An Age of Kings (1960– )
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Richard II Part 2: The Deposing of a King 

The incompetent Richard II is deposed by Henry Bolingbroke and undergoes a crisis of identity once he is no longer king.





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Episode cast overview, first billed only:
Tom Fleming ...
David William ...
John Greenwood ...
Juliet Cooke ...
Queen to King Richard
Margaret Barton ...
Lady Attending the Queen (as Maggie Barton)
Lady Attending the Queen
Gordon Gostelow ...
A Gardener
Terence Lodge ...
A Servant
Frank Windsor ...
Michael James Cox ...
Mary Law ...


The incompetent Richard II is deposed by Henry Bolingbroke and undergoes a crisis of identity once he is no longer king.

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Release Date:

12 May 1960 (UK)  »

Company Credits

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Technical Specs

Sound Mix:

Aspect Ratio:

1.33 : 1
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Version of Richard Vtoroi (1992) See more »

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User Reviews

a great discovery of a great play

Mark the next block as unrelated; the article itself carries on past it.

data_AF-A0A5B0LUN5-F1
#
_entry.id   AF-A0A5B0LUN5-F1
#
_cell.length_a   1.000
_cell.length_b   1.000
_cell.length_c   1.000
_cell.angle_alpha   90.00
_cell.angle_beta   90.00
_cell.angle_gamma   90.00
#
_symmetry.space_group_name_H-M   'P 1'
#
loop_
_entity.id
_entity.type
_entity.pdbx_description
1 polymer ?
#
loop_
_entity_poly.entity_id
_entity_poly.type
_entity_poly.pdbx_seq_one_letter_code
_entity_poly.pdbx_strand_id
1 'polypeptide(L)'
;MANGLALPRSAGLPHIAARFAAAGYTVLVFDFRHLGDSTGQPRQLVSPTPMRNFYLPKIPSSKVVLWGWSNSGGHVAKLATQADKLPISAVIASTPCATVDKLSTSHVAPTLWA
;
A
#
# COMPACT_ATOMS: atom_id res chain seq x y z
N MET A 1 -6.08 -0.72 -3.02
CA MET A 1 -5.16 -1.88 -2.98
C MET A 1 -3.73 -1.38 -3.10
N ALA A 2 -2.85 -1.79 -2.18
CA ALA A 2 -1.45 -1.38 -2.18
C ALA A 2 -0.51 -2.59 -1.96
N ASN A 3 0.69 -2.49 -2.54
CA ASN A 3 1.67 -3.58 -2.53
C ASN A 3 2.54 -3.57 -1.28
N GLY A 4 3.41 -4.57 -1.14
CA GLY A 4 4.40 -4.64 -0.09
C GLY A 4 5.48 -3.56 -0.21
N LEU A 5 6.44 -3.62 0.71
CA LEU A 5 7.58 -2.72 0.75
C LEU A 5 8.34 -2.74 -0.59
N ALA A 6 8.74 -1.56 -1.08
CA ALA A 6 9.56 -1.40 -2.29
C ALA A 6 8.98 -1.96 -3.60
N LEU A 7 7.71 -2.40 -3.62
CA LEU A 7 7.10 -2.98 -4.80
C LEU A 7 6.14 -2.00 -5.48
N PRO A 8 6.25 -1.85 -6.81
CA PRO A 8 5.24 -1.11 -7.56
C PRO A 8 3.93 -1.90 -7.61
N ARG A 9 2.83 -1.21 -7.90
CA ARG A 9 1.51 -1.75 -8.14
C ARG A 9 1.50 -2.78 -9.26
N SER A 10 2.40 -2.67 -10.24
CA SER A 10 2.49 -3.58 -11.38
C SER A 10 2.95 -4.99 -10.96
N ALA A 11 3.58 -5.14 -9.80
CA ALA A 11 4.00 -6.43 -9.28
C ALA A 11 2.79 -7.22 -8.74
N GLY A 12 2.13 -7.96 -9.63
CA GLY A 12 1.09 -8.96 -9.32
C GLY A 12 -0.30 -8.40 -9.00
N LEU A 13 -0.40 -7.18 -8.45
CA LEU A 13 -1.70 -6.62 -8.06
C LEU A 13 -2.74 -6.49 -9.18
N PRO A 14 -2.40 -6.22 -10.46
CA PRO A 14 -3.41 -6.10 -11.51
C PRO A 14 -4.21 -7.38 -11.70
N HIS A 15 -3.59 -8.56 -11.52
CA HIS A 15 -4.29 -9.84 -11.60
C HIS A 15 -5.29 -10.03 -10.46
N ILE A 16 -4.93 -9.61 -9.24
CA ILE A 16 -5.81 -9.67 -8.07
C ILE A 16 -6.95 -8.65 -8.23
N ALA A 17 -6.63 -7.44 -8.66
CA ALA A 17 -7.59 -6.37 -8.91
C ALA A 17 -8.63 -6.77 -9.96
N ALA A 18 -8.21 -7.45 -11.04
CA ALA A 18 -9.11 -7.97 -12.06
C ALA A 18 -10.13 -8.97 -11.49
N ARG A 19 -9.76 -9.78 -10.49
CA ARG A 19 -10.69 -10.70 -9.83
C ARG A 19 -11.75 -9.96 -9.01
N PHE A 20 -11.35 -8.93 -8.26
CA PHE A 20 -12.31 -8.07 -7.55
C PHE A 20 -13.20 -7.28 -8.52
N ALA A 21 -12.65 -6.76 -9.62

23 May 2009 | by (United Kingdom) – See all my reviews

'Richard II' is one of Shakespeare's most poetic plays, not least because of John of Gaunt's 'This England' speech (which was seen in part one of this production). From the 1960 BBC series 'An Age of Kings', transmitted live and featuring a host of well-known faces at the start of their careers (you can spot Frank Windsor, Julian Glover, and others), this production of Richard II is excellent.

Studio-bound it may be, but the quality of the acting and the writing makes it essential viewing - perhaps even more successful than the later version within the 1970s-80s BBC Shakespeare series. David William, who as Richard was petulant, arrogant, and proud in part one, becomes a figure of pity as this second instalment deals with his downfall and deposition. The scene where he and Tom Fleming as Bolingbroke vie for the crown of England is compelling and very well performed, and his scenes where Richard knows his cause is lost make you feel all the more sorry for the trouble he has brought on himself.

A fascinating survivor of the early years of television drama, 'An Age of Kings' has stood up to time very well, and if this play is anything to go by, is an excellent dramatisation of the History play cycle.

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